13. Very helpful, and, for me, very new. Thank you, Steven.

  14. Mark Szpakowski
    Dec 23, 2016
    Reply

    Repeating here what I commented on a FB post on this article… Well said, and long overdue. Most Buddhist sangha people who grew up as Christians experienced the result of a pretty low level understanding of their own Christianity, which is then contrasted with the most subtle and sophisticated Buddhist view. That’s essentially the gist of the response Trungpa Rinpoche made to me after a talk at 1975 Seminary, when I said that some remarks he had made there did not reflect the kind of deep understanding of Christianity that a peer of his in that tradition would have (i.e., Thomas Merton, or Thomas Aquinas (who would definitely have been buddies with Rangung Dorje or Longchen Rabjam)). CTR agreed, saying he was speaking to a “peasant” view of Christianity.

  15. Mark Szpakowski
    Dec 23, 2016
    Reply

    Jim Hartzz, building on some dialog between Chögyam Trungpa Rinpoche and Thomas Merton, has suggested that it would be fruitful to explore three notions: 1) Buddhist avidya (vidya being clear seeing, so avidya being its active ignoring), pretty much the buddhist word for original sin, the root of the 3 poisons, 5 skandhas, nidanas, compulsive circling and recurrence of the wheel of life); 2) Christian original sin (a “fall” from original condition of grace/goodness): “phoenix culprit”, as Joyce called it (a pun on felix culpa, oh happy fault); and (trigger warning! radical thoughts!) 3) Marx’s notion of alienation.

    Seems to me in this age of political disintegration and anthropogenic eco-climate catastrophe that would be A Good Thing™. Really. The world needs this.

  16. John McQuade
    Dec 23, 2016
    Reply

    I appreciate very much this discussion. Certainly in the Dharma tradition debate is encouraged. It is not so much a matter of ” being right” as engaging prajna on the way of the Way together. What struck me in Mr. Shippee’s very articulate presentation was not so much the issue of the ” original sin” but the first move: man as the image of God. To a degree is seems that ” original sin” is a falling away or even turning away from this first move: the image of God.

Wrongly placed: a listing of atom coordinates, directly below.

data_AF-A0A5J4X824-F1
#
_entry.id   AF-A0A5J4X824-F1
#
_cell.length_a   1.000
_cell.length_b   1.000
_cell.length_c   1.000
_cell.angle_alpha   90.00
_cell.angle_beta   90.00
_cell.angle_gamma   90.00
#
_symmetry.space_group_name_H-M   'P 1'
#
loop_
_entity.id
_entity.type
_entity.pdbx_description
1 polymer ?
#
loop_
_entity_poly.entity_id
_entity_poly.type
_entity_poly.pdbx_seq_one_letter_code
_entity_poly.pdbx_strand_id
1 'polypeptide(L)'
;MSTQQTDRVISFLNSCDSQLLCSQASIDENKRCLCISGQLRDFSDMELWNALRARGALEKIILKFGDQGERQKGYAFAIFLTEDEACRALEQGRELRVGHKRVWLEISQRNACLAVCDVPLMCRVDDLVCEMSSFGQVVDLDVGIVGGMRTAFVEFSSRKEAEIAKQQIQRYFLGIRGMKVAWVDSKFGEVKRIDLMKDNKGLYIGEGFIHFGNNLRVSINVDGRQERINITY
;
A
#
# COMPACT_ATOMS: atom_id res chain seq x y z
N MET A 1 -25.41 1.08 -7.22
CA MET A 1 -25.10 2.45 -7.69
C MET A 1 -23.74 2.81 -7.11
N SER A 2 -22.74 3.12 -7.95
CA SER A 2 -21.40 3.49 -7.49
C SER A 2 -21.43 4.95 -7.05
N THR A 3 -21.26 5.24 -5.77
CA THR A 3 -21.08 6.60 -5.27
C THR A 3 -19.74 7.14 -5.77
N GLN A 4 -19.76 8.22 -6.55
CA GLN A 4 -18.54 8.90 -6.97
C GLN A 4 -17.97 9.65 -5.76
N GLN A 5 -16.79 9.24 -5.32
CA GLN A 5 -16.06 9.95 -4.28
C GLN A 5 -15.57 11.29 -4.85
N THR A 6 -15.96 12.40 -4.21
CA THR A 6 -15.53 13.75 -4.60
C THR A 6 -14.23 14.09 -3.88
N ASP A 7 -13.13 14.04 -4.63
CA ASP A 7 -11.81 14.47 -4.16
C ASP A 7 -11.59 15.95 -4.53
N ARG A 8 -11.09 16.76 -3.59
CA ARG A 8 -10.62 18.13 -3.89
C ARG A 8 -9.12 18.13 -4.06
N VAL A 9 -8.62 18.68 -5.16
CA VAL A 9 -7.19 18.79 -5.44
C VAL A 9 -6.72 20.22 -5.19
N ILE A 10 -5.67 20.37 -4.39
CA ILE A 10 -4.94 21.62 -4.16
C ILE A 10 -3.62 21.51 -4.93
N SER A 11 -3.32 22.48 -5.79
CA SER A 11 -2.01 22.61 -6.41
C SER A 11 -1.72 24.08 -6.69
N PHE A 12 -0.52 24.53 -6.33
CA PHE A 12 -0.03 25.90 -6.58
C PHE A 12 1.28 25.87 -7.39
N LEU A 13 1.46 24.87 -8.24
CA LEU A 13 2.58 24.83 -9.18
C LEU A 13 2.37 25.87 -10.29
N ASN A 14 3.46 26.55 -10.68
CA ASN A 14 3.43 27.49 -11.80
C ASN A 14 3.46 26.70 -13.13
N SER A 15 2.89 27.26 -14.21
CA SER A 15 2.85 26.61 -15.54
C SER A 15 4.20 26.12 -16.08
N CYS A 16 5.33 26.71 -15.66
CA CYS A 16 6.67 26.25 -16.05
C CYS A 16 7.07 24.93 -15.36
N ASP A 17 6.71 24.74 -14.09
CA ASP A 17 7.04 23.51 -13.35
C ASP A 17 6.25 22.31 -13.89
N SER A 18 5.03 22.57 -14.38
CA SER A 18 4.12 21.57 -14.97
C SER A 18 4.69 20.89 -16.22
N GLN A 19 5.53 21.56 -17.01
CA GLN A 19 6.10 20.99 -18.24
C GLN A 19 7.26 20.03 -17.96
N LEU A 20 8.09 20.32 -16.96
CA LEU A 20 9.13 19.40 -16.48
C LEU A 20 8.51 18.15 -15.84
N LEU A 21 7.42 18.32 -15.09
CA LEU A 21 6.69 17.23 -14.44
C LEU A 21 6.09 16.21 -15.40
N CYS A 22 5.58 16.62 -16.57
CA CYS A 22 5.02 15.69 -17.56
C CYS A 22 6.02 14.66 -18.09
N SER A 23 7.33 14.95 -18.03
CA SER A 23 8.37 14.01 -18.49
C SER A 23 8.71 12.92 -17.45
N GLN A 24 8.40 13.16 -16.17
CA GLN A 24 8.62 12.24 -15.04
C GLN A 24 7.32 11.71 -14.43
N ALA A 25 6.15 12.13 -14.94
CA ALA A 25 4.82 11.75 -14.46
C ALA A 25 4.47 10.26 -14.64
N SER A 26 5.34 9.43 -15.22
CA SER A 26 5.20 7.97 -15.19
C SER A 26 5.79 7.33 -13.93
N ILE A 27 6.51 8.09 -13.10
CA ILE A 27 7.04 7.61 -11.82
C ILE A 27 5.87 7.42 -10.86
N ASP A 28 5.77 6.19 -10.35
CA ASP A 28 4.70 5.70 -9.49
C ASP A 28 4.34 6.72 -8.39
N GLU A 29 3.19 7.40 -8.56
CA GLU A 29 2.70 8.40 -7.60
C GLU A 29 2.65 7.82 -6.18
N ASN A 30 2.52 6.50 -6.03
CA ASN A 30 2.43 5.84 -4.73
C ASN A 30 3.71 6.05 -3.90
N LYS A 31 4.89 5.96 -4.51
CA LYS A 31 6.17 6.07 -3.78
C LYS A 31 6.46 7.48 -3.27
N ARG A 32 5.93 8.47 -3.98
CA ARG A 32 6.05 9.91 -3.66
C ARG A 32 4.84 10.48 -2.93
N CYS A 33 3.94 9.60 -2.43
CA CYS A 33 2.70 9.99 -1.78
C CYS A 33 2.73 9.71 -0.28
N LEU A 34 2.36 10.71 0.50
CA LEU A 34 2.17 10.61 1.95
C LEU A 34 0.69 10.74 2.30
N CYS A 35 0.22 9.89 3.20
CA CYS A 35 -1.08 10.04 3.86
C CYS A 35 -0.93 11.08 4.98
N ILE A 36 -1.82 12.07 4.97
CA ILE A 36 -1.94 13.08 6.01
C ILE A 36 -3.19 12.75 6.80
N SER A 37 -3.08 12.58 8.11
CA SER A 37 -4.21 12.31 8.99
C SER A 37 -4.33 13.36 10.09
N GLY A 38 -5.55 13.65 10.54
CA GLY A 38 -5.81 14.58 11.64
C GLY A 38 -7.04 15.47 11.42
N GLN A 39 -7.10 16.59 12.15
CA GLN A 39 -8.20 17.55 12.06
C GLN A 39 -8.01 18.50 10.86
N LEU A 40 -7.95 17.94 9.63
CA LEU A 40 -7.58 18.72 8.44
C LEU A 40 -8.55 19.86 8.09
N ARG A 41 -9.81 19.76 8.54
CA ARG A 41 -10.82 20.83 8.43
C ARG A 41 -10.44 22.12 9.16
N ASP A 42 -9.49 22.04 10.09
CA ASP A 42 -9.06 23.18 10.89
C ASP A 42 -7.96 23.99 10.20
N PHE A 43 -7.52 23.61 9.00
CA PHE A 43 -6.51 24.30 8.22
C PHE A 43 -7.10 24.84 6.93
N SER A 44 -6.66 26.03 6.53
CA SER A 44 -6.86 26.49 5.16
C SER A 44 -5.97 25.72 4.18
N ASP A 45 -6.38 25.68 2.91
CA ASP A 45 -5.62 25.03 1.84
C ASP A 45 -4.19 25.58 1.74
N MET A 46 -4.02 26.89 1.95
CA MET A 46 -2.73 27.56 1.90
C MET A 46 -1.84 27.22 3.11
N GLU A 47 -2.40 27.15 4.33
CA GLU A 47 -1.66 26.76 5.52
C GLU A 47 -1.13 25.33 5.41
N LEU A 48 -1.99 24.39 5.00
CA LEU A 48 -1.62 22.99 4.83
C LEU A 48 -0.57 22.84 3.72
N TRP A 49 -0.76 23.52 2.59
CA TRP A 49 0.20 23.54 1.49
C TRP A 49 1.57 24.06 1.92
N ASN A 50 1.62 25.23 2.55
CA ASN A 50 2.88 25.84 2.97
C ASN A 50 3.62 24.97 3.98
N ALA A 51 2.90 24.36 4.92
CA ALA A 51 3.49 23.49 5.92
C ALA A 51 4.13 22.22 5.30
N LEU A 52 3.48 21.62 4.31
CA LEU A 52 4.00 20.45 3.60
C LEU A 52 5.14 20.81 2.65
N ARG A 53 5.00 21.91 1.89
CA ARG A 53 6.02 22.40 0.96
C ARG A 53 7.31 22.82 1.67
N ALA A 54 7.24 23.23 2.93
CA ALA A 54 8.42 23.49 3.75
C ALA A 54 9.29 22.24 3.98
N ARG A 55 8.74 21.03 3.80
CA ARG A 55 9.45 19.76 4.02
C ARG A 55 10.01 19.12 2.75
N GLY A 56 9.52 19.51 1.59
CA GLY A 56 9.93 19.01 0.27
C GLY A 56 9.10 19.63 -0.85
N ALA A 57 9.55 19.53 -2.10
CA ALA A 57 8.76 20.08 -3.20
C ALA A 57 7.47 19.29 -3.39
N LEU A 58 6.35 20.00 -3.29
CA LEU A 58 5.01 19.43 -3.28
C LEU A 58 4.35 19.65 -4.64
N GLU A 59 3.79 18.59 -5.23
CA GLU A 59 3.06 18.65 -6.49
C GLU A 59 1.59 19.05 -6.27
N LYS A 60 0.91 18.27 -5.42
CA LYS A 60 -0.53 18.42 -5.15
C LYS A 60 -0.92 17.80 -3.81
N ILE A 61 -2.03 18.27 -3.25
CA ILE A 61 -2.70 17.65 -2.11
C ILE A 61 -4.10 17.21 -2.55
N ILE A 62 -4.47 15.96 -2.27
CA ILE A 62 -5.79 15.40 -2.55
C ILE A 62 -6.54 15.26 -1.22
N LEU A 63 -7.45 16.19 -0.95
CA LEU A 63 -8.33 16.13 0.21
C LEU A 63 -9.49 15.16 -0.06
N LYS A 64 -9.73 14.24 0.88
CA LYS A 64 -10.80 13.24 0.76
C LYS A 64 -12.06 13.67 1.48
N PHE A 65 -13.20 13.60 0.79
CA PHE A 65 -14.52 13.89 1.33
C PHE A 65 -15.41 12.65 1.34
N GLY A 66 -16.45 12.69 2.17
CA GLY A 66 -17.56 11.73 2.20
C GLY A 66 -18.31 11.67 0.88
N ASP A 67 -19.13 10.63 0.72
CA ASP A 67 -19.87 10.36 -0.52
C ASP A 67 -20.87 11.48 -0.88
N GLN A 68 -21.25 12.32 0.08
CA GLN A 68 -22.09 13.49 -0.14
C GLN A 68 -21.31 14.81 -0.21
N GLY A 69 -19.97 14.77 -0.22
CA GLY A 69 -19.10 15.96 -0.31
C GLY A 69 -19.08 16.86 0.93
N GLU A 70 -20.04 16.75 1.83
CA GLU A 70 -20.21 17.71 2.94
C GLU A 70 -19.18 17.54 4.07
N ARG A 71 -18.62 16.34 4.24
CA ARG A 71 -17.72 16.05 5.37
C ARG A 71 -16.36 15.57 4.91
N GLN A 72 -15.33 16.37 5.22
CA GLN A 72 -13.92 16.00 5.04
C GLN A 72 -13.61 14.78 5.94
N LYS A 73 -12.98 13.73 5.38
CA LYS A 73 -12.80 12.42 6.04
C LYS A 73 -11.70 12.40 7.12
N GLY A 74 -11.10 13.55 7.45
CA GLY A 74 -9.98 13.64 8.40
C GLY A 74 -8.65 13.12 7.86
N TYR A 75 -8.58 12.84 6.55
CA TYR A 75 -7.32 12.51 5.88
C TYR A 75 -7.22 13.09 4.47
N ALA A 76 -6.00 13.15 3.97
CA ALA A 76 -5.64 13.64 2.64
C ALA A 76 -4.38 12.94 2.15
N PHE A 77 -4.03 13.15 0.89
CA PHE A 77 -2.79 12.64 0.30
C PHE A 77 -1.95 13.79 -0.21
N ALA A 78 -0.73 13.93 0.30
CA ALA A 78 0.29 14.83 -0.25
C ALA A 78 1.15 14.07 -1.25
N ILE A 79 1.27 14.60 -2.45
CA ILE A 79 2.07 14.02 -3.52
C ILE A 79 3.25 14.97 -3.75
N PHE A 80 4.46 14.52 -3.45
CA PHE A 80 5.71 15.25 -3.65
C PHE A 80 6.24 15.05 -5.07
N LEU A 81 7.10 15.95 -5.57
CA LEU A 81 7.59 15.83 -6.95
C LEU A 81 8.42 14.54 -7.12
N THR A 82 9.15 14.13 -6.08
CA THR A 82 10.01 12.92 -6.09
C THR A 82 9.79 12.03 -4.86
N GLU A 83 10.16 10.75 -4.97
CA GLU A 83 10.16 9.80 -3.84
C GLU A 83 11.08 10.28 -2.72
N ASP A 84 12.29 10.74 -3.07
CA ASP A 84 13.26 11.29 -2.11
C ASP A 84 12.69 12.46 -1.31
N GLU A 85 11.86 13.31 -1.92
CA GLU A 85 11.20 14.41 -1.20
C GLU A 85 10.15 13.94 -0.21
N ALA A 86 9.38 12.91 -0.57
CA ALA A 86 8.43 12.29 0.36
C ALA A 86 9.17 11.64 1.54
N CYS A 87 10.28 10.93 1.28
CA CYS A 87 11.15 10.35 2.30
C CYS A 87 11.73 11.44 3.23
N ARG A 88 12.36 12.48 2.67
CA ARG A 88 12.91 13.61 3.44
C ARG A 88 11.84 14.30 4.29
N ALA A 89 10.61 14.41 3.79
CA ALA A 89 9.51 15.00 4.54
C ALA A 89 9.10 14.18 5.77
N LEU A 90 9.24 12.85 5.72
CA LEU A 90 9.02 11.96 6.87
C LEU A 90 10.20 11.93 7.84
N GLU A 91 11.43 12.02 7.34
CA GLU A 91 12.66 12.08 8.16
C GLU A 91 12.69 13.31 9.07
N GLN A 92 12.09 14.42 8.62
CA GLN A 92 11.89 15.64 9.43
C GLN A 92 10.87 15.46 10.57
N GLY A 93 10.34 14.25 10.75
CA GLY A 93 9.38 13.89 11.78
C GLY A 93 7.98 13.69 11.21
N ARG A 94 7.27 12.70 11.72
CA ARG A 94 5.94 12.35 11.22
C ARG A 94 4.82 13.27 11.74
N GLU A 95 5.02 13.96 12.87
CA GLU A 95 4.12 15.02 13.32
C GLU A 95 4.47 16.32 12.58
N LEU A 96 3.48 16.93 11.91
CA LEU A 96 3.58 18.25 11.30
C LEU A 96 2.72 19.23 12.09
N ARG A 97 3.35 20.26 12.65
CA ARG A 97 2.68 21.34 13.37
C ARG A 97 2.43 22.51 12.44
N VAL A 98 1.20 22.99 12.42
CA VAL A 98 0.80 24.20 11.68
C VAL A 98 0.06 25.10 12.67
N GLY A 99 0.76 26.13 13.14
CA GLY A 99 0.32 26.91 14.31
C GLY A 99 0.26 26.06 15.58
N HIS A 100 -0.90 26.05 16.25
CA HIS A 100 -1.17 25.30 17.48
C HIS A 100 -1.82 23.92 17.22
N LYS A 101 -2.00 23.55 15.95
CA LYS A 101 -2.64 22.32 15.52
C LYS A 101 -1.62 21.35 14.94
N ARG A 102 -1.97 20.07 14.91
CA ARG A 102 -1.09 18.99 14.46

It seems that this first move – the image of God – is the difference with the views of Theism and Non-Theism. Even if one – like a Saint – re-oriented through and beyond the ” false view” of original sin to the ” right view” of the image of God – one would not be God. There is the connection and the difference. The only way to overcome the difference is for God to become human: Jesus. So faith or identification with Jesus becomes the way to overcome the difference.
    The Buddhadharma view is that there is a kind of equivalence – a principled non-dualism – between the human – with other sentient beings – and the Buddha and BuddhaNature. It is not so much that a human could become a Buddha – that is impossible – but that a human could realize being a Buddha. The difference between Theism and Non-Theism is more in this ontological realm rather than in the ethical dimensions of Original Sin and Basic Goodness.
    At the practical register there are at least two interrelated points. 1. We can have Dharma debate and dialogue. It is not about even trying to find a common ” ontological ground”. That is very unlikely and actually counter-productive. Rather the way is to highlight our differences and then – when workable – accept these differences as an ongoing Prajna engagement. Let the Sparks Fly. 2. On the ground practice – our main engagement – I have in mind a saying of the Dalai Lama : ” my religion is kindness”. Here is a focal that we can work together even as we engage our Dharma Debates – which are important – but may not be of immediate interest of those who need kindness.